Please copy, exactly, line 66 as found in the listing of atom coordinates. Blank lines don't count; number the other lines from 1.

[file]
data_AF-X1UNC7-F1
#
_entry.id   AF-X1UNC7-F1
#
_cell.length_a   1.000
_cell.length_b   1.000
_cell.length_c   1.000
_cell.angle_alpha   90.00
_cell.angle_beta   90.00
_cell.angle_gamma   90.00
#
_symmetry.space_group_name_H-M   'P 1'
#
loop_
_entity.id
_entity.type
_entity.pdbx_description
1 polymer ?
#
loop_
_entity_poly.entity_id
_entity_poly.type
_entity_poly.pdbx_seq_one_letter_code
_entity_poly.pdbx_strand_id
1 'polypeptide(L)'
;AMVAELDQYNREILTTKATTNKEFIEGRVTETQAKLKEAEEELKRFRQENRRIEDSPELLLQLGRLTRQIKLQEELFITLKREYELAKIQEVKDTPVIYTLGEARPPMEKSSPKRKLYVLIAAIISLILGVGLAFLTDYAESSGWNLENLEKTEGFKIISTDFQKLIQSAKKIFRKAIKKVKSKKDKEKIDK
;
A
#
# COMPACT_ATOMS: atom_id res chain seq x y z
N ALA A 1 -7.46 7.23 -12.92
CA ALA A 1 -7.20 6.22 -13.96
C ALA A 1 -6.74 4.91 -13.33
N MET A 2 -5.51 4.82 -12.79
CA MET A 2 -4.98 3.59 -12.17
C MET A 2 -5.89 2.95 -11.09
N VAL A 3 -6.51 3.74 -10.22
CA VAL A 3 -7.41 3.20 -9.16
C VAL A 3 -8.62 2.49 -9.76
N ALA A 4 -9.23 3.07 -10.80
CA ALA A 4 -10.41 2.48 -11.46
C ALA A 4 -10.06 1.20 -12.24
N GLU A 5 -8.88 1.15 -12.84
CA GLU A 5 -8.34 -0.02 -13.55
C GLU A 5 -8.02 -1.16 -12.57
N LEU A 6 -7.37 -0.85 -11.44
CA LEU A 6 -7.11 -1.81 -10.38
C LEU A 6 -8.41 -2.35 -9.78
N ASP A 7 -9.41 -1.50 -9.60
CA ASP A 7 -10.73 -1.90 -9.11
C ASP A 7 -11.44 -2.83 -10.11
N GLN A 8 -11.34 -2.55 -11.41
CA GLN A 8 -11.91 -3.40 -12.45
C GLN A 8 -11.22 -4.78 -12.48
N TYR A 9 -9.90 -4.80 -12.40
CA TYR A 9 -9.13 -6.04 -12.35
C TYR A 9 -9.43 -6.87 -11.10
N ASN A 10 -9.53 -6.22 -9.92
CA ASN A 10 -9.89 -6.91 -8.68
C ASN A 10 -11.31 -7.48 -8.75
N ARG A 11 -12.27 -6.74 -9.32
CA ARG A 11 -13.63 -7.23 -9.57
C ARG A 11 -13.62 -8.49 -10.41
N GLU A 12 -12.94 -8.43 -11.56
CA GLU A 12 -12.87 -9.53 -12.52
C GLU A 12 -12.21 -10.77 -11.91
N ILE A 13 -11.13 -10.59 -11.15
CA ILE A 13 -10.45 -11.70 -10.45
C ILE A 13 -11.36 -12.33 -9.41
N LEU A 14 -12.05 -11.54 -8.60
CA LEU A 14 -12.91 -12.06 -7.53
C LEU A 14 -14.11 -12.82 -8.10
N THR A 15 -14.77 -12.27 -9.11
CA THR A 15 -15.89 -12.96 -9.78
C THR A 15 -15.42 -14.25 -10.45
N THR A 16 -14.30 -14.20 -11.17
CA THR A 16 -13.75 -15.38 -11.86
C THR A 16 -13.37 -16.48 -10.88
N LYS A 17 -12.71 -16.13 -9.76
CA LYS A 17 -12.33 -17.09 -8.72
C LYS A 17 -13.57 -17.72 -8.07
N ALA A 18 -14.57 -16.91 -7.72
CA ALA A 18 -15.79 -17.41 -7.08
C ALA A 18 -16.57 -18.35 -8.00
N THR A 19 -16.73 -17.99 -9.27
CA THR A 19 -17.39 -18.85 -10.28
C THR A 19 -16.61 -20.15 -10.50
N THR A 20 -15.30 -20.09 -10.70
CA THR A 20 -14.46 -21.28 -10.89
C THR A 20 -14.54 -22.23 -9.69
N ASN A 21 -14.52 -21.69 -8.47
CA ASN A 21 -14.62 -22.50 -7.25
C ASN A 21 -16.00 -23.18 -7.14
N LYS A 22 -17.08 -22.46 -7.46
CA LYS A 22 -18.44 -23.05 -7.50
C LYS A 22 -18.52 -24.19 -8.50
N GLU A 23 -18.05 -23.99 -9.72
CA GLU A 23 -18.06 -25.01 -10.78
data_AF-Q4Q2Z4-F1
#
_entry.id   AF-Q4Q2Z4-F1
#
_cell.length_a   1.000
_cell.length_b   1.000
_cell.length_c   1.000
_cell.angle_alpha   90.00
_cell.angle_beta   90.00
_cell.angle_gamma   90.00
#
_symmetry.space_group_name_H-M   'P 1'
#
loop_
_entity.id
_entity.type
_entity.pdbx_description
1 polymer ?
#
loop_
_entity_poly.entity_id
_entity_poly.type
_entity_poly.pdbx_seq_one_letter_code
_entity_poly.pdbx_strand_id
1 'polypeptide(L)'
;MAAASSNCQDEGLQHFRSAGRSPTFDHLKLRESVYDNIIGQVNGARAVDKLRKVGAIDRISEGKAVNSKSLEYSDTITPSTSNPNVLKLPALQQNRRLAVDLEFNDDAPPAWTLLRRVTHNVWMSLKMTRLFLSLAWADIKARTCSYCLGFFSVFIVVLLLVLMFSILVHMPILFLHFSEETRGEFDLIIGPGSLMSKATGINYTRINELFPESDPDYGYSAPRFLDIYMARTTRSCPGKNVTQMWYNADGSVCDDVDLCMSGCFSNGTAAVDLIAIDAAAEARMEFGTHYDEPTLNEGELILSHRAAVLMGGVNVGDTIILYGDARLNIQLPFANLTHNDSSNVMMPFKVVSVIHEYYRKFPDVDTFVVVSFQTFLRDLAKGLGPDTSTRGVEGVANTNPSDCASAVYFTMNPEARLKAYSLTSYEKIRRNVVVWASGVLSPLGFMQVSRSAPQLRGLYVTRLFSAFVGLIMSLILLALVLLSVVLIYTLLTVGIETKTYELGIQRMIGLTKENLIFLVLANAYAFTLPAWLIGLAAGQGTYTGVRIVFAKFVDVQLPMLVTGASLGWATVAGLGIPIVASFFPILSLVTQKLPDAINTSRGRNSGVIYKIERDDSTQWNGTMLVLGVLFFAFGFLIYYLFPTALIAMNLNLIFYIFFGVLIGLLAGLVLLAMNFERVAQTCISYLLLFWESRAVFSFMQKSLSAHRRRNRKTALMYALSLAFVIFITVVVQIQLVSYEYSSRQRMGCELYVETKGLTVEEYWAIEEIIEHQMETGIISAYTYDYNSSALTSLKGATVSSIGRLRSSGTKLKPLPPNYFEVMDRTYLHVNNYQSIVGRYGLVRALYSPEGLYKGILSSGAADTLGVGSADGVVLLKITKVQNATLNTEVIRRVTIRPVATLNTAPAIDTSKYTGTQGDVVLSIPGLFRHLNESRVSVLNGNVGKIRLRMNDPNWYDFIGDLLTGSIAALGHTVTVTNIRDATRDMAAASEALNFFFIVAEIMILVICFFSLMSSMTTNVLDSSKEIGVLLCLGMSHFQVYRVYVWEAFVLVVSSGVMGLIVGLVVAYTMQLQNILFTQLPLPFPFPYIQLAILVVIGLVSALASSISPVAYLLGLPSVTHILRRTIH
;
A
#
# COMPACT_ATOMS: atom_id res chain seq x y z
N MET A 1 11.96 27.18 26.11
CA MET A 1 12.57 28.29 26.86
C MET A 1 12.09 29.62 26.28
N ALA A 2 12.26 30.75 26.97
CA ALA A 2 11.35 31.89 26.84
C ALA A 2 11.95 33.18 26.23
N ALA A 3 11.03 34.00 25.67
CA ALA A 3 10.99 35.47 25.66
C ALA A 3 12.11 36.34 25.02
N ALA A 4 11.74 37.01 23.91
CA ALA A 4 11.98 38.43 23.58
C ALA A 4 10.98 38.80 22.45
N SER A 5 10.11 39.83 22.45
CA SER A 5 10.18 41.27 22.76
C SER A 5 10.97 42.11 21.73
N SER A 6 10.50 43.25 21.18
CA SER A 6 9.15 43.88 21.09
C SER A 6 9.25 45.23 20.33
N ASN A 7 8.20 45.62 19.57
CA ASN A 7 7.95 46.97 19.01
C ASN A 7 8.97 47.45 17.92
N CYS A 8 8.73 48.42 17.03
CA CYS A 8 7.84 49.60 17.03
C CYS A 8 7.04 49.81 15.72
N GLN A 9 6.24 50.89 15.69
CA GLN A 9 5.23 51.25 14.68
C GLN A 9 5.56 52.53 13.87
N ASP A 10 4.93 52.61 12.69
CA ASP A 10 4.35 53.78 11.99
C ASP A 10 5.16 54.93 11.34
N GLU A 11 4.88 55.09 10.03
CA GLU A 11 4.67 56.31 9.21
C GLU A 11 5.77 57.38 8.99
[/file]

C GLU A 12 -12.21 -10.77 -11.91